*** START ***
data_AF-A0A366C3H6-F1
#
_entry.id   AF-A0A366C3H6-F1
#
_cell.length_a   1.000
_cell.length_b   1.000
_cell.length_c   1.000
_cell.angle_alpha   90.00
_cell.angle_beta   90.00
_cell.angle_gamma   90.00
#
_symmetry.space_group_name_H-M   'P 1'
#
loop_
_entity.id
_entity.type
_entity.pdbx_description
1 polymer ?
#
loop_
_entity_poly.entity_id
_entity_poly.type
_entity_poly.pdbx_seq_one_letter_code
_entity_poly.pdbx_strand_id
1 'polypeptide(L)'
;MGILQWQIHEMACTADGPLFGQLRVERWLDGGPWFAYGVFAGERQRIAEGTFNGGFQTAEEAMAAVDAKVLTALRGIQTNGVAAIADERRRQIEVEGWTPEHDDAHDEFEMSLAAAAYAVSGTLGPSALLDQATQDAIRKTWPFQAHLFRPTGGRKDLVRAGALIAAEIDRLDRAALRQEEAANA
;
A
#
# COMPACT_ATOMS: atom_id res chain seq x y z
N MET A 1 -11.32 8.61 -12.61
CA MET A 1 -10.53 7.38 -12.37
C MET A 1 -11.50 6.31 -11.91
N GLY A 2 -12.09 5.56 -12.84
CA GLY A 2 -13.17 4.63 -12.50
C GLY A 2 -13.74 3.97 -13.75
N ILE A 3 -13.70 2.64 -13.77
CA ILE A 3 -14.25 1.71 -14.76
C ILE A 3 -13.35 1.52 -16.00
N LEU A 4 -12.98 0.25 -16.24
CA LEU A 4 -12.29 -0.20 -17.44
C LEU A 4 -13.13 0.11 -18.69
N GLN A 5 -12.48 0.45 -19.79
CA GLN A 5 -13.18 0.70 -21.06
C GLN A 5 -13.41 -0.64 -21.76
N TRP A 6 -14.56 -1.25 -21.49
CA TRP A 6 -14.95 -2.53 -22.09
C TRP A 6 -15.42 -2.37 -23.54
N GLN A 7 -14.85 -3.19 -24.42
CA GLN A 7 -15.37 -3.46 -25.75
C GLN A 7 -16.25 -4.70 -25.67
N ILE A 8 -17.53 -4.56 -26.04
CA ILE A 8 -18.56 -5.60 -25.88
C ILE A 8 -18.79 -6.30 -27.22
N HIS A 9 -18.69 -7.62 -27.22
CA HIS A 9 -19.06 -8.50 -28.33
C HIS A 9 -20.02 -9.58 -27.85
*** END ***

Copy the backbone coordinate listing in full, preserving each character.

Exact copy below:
data_AF-A0A366C3H6-F1
#
_entry.id   AF-A0A366C3H6-F1
#
_cell.length_a   1.000
_cell.length_b   1.000
_cell.length_c   1.000
_cell.angle_alpha   90.00
_cell.angle_beta   90.00
_cell.angle_gamma   90.00
#
_symmetry.space_group_name_H-M   'P 1'
#
loop_
_entity.id
_entity.type
_entity.pdbx_description
1 polymer ?
#
loop_
_entity_poly.entity_id
_entity_poly.type
_entity_poly.pdbx_seq_one_letter_code
_entity_poly.pdbx_strand_id
1 'polypeptide(L)'
;MGILQWQIHEMACTADGPLFGQLRVERWLDGGPWFAYGVFAGERQRIAEGTFNGGFQTAEEAMAAVDAKVLTALRGIQTNGVAAIADERRRQIEVEGWTPEHDDAHDEFEMSLAAAAYAVSGTLGPSALLDQATQDAIRKTWPFQAHLFRPTGGRKDLVRAGALIAAEIDRLDRAALRQEEAANA
;
A
#
# COMPACT_ATOMS: atom_id res chain seq x y z
N MET A 1 -11.32 8.61 -12.61
CA MET A 1 -10.53 7.38 -12.37
C MET A 1 -11.50 6.31 -11.91
N GLY A 2 -12.09 5.56 -12.84
CA GLY A 2 -13.17 4.63 -12.50
C GLY A 2 -13.74 3.97 -13.75
N ILE A 3 -13.70 2.64 -13.77
CA ILE A 3 -14.25 1.71 -14.76
C ILE A 3 -13.35 1.52 -16.00
N LEU A 4 -12.98 0.25 -16.24
CA LEU A 4 -12.29 -0.20 -17.44
C LEU A 4 -13.13 0.11 -18.69
N GLN A 5 -12.48 0.45 -19.79
CA GLN A 5 -13.18 0.70 -21.06
C GLN A 5 -13.41 -0.64 -21.76
N TRP A 6 -14.56 -1.25 -21.49
CA TRP A 6 -14.95 -2.53 -22.09
C TRP A 6 -15.42 -2.37 -23.54
N GLN A 7 -14.85 -3.19 -24.42
CA GLN A 7 -15.37 -3.46 -25.75
C GLN A 7 -16.25 -4.70 -25.67
N ILE A 8 -17.53 -4.56 -26.04
CA ILE A 8 -18.56 -5.60 -25.88
C ILE A 8 -18.79 -6.30 -27.22
N HIS A 9 -18.69 -7.62 -27.22
CA HIS A 9 -19.06 -8.50 -28.33
C HIS A 9 -20.02 -9.58 -27.85